5. How tables have turned for media who started our summer campaign writing sensationalistic reports on Milan’s transfer market, hyping that platonic minded herd of fans who already thought we pocketed Scudetto at least. Insulted us who were sceptical all the way because we saw the pattern one too many times before.

    130 millions spent and we have nothing new to show. We’re way worse than last season. People will say it’s Maldini’s fault for not investing properly in reinforcements, while he had only 40 millions to spend.

    Pioli has his limits but this is not entirely his fault. Summer transfer campaing and 130 millions spent but we still lack key figures to be complete.

  6. But if not because of injure and pioli bad decision where are the best team in Italy but we have to have a player that know Italian league well someone like berardi

  7. I for one have stoped looking at goals or assists as the most important stat of a player. In Milan the most important thing is how long can you stay healthy.

  8. @Chrisp – you mean like Chelsea who spent about a billion on new players and aren’t even in the top 5?

    And what does this mean: “They see us coming now and we didn’t improve enough to not be easily neutralized by better clubs.”

    What “better” clubs? We rolled Juventus Napoli and PSG and would’ve won all three if it hadn’t been for bad game management and forced subs.

  9. We are not worse then last year. Pulisic, Reijnders, Loftus & Musah have improved the team and Okafor & Chukwueze still have time to prove they can be relied upon.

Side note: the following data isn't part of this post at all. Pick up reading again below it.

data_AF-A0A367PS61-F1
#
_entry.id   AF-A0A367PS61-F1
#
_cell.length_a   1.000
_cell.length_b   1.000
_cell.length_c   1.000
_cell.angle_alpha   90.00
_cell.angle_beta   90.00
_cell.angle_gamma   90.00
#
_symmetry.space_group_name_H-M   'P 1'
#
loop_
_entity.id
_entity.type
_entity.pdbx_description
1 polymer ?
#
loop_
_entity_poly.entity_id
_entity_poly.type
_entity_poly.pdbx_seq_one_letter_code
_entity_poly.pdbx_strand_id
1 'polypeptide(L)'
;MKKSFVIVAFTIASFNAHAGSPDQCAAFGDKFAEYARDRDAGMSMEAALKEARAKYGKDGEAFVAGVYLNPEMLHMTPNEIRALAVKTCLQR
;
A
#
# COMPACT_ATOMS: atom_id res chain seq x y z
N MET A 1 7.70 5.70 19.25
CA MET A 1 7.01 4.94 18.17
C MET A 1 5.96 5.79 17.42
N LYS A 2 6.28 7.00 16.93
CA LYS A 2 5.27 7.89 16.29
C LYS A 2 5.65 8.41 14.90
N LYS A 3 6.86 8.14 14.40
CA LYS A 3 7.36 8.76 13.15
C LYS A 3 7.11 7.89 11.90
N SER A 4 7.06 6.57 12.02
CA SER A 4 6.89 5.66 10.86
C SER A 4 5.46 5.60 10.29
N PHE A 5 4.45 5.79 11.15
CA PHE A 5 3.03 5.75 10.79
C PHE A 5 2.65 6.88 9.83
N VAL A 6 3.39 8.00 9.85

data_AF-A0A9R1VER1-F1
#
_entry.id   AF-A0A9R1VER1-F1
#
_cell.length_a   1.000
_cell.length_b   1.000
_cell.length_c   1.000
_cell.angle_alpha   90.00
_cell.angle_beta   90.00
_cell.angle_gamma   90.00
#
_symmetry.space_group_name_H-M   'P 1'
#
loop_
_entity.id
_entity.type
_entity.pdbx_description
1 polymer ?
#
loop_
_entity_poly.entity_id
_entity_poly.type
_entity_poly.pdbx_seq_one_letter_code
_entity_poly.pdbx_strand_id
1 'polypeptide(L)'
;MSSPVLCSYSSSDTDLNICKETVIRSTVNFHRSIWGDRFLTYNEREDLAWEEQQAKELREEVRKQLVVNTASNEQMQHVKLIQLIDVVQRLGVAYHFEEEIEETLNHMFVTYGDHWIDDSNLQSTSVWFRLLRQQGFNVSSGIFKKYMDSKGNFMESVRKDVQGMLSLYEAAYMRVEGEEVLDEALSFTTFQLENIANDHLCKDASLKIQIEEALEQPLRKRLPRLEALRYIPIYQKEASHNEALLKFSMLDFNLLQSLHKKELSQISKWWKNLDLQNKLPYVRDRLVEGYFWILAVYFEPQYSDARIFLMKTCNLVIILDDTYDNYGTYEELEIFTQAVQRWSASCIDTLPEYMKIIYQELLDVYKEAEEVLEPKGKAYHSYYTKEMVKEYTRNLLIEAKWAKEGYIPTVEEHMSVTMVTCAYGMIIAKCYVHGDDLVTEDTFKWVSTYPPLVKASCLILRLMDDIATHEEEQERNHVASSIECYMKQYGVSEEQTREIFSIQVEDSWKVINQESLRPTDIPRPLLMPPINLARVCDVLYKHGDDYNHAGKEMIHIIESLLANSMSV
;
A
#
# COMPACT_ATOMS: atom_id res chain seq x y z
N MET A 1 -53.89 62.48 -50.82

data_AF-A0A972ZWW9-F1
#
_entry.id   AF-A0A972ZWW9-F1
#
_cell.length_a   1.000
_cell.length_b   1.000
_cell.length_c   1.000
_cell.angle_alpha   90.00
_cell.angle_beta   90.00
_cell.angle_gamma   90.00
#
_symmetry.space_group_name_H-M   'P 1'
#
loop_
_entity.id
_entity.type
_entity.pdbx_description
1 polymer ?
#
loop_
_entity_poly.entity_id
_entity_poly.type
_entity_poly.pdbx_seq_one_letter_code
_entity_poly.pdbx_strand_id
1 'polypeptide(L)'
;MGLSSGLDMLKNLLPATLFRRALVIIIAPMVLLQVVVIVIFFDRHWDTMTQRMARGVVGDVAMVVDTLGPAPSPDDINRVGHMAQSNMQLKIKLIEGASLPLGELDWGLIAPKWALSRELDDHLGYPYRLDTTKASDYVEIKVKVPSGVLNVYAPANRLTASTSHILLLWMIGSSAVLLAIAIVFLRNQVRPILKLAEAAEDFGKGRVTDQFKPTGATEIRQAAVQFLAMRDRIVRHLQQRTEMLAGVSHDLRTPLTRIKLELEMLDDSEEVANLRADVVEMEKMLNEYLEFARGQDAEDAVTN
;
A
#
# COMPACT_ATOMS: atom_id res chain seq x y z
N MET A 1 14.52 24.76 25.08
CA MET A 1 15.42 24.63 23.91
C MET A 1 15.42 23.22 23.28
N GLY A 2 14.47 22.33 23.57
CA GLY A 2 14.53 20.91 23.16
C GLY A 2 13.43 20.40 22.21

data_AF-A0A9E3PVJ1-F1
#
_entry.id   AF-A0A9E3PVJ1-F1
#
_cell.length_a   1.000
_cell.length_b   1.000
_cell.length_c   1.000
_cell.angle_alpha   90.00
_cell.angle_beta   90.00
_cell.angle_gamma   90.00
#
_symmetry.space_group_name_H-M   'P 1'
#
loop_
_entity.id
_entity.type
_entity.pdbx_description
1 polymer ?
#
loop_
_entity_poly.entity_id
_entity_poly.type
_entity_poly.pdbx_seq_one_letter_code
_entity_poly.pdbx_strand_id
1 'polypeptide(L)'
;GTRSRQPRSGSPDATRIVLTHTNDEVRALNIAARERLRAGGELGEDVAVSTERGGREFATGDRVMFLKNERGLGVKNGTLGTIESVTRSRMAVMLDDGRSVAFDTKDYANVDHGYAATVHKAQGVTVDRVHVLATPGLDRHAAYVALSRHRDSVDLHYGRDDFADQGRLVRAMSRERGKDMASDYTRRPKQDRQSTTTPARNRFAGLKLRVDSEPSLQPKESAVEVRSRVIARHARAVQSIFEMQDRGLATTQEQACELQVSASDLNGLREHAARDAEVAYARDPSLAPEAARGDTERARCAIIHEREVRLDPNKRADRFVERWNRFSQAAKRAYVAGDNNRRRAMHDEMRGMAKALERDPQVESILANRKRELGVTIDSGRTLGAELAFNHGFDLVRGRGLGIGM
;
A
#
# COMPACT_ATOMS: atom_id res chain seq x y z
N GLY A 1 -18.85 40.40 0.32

The main problem for me was planning the season with Krunic as a starter at the base of midfield, I think he is good to have in the team as a utility player but we desperately needed a physical DM who would galvanize the midfield and protect the back four in counters.
    We also needed at least a one new fullback as Florenzi(in the twilight of his career) and Bartesaghi( a novice) were never going to be enough. The team is not solid , that’s why we are leaking goals.
    Finally it must be said that the injuries situation has resulted in a loss of points that can’t be blamed on Pioli unlike some wrong decisions he has made this season.
    We leak to many goals and can’t keep a lead.

  10. Well said @Crisp

    “That begs the following question: without serious investment, and investment that does not follow the sale of a core team member, will Milan ever be able to go toe-toe with the world’s very best?”

    Isn’t this what Maldini was saying?????? LOLOLOLOLO. And he got fired for it. I – just like Maldini And some others on this chat lol @Crips – have been saying the same thing over and over. You cannot expect UCL or league titles when your NET spend on transfers is 35-40M. Period. It’s just the sad reality of football in todays market. True test will be if we spend in January and/or summer WITHOUT selling a core player. Time will tell.